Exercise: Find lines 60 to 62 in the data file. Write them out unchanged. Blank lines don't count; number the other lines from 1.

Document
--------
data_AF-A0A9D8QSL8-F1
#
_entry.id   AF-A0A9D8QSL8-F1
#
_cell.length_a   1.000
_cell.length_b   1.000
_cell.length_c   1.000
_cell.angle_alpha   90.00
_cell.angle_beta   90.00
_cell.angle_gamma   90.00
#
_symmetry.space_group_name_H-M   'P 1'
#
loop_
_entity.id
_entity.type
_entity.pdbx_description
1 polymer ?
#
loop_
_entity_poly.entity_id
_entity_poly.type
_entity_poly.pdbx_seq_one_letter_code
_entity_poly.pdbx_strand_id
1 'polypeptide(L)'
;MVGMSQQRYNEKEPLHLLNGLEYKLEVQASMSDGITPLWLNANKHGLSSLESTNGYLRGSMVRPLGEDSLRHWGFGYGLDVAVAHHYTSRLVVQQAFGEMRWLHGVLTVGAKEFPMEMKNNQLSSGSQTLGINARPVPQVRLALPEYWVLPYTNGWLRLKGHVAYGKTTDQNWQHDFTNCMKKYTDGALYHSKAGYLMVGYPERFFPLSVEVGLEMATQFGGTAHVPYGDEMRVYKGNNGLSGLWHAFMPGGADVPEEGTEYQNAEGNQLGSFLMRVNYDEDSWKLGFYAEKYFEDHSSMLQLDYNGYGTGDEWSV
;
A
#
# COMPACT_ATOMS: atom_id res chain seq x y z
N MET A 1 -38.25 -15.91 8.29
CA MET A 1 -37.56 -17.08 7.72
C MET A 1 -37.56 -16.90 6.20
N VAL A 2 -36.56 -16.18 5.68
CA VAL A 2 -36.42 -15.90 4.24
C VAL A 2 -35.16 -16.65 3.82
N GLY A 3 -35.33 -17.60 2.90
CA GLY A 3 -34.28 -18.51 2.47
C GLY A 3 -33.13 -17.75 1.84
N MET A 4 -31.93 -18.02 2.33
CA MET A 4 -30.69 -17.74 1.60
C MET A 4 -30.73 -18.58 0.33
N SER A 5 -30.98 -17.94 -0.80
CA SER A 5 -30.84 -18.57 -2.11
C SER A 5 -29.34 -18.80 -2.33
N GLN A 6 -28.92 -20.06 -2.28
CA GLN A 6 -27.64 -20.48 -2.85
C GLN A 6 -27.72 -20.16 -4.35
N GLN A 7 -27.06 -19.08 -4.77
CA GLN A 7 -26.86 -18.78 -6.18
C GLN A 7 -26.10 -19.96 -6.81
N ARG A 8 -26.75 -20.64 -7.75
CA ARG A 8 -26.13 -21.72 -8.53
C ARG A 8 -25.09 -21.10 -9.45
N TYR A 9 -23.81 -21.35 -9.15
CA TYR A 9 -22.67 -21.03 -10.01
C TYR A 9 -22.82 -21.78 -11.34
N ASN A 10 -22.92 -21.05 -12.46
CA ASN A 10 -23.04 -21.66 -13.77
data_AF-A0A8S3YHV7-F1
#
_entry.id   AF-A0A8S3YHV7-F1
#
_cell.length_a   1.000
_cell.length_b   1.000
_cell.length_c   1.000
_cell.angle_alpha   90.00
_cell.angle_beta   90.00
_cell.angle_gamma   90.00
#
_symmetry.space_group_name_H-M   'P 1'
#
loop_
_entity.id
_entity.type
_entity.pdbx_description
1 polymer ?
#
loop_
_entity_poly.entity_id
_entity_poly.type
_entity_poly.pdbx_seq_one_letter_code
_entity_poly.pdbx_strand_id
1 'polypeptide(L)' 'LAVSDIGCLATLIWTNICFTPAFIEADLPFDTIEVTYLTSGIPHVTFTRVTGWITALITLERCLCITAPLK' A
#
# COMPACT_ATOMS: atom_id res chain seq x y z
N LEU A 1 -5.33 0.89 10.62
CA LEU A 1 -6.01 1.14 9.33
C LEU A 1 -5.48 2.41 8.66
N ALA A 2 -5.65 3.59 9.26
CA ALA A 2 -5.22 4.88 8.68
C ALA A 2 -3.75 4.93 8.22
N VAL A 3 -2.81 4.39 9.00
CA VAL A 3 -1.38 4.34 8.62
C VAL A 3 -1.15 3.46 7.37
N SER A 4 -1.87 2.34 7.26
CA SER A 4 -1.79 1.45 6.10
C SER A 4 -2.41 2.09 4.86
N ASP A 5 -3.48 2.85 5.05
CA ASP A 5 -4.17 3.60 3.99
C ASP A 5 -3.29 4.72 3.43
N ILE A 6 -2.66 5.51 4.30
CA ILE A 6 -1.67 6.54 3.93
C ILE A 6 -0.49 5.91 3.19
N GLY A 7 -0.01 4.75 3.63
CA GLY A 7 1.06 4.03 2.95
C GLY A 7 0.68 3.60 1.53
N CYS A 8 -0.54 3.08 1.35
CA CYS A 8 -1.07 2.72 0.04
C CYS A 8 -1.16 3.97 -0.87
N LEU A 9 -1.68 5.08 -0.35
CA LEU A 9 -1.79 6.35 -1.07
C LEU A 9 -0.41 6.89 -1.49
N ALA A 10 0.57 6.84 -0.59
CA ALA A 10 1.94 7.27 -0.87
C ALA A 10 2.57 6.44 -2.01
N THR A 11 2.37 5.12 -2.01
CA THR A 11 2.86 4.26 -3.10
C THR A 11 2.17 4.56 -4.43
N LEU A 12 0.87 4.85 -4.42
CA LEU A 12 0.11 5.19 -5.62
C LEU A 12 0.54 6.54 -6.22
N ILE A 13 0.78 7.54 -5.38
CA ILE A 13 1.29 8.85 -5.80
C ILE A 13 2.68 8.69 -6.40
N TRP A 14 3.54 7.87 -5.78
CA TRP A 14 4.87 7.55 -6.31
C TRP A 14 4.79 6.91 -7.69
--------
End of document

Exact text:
data_AF-A0A8S3YHV7-F1
#
_entry.id   AF-A0A8S3YHV7-F1